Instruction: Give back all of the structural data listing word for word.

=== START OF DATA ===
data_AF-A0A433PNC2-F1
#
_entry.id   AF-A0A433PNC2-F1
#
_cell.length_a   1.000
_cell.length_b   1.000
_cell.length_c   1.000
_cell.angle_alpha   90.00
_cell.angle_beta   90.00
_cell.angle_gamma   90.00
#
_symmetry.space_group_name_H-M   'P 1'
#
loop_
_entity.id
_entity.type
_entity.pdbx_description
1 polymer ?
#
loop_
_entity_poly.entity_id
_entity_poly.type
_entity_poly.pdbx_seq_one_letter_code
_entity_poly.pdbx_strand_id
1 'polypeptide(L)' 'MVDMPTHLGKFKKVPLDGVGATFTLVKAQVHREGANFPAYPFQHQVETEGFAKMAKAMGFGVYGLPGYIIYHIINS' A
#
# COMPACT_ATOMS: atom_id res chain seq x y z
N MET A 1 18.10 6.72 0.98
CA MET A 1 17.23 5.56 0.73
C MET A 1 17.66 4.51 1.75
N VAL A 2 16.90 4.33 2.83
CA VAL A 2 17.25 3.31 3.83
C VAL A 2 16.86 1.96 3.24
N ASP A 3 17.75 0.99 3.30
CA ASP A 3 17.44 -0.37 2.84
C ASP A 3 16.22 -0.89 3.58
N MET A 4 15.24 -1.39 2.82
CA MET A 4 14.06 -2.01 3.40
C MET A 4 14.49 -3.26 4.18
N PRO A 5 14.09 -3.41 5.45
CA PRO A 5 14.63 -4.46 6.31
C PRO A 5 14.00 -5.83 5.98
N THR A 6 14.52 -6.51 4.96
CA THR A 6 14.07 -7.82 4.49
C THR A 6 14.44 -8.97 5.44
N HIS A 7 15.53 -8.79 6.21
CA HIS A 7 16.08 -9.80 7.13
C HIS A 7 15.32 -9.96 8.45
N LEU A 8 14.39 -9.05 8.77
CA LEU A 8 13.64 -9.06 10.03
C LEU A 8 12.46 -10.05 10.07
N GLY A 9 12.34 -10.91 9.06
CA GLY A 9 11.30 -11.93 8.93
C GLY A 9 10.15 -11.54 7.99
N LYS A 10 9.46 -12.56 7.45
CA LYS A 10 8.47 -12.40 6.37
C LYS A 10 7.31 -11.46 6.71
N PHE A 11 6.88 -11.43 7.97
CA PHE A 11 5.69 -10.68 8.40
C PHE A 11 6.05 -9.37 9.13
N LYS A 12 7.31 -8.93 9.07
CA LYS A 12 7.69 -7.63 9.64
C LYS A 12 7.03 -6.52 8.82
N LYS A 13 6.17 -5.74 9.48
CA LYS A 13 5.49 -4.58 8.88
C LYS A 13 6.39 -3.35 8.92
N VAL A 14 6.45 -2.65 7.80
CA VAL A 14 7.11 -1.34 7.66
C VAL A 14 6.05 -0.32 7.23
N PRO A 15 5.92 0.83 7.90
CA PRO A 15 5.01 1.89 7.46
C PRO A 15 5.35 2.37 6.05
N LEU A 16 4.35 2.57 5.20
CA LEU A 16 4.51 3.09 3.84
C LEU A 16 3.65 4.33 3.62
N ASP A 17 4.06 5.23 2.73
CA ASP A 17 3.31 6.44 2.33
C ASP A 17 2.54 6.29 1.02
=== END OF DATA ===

data_AF-A0A433PNC2-F1
#
_entry.id   AF-A0A433PNC2-F1
#
_cell.length_a   1.000
_cell.length_b   1.000
_cell.length_c   1.000
_cell.angle_alpha   90.00
_cell.angle_beta   90.00
_cell.angle_gamma   90.00
#
_symmetry.space_group_name_H-M   'P 1'
#
loop_
_entity.id
_entity.type
_entity.pdbx_description
1 polymer ?
#
loop_
_entity_poly.entity_id
_entity_poly.type
_entity_poly.pdbx_seq_one_letter_code
_entity_poly.pdbx_strand_id
1 'polypeptide(L)' 'MVDMPTHLGKFKKVPLDGVGATFTLVKAQVHREGANFPAYPFQHQVETEGFAKMAKAMGFGVYGLPGYIIYHIINS' A
#
# COMPACT_ATOMS: atom_id res chain seq x y z
N MET A 1 18.10 6.72 0.98
CA MET A 1 17.23 5.56 0.73
C MET A 1 17.66 4.51 1.75
N VAL A 2 16.90 4.33 2.83
CA VAL A 2 17.25 3.31 3.83
C VAL A 2 16.86 1.96 3.24
N ASP A 3 17.75 0.99 3.30
CA ASP A 3 17.44 -0.37 2.84
C ASP A 3 16.22 -0.89 3.58
N MET A 4 15.24 -1.39 2.82
CA MET A 4 14.06 -2.01 3.40
C MET A 4 14.49 -3.26 4.18
N PRO A 5 14.09 -3.41 5.45
CA PRO A 5 14.63 -4.46 6.31
C PRO A 5 14.00 -5.83 5.98
N THR A 6 14.52 -6.51 4.96
CA THR A 6 14.07 -7.82 4.49
C THR A 6 14.44 -8.97 5.44
N HIS A 7 15.53 -8.79 6.21
CA HIS A 7 16.08 -9.80 7.13
C HIS A 7 15.32 -9.96 8.45
N LEU A 8 14.39 -9.05 8.77
CA LEU A 8 13.64 -9.06 10.03
C LEU A 8 12.46 -10.05 10.07
N GLY A 9 12.34 -10.91 9.06
CA GLY A 9 11.30 -11.93 8.93
C GLY A 9 10.15 -11.54 7.99
N LYS A 10 9.46 -12.56 7.45
CA LYS A 10 8.47 -12.40 6.37
C LYS A 10 7.31 -11.46 6.71
N PHE A 11 6.88 -11.43 7.97
CA PHE A 11 5.69 -10.68 8.40
C PHE A 11 6.05 -9.37 9.13
N LYS A 12 7.31 -8.93 9.07
CA LYS A 12 7.69 -7.63 9.64
C LYS A 12 7.03 -6.52 8.82
N LYS A 13 6.17 -5.74 9.48
CA LYS A 13 5.49 -4.58 8.88
C LYS A 13 6.39 -3.35 8.92
N VAL A 14 6.45 -2.65 7.80
CA VAL A 14 7.11 -1.34 7.66
C VAL A 14 6.05 -0.32 7.23
N PRO A 15 5.92 0.83 7.90
CA PRO A 15 5.01 1.89 7.46
C PRO A 15 5.35 2.37 6.05
N LEU A 16 4.35 2.57 5.20
CA LEU A 16 4.51 3.09 3.84
C LEU A 16 3.65 4.33 3.62
N ASP A 17 4.06 5.23 2.73
CA ASP A 17 3.31 6.44 2.33
C ASP A 17 2.54 6.29 1.02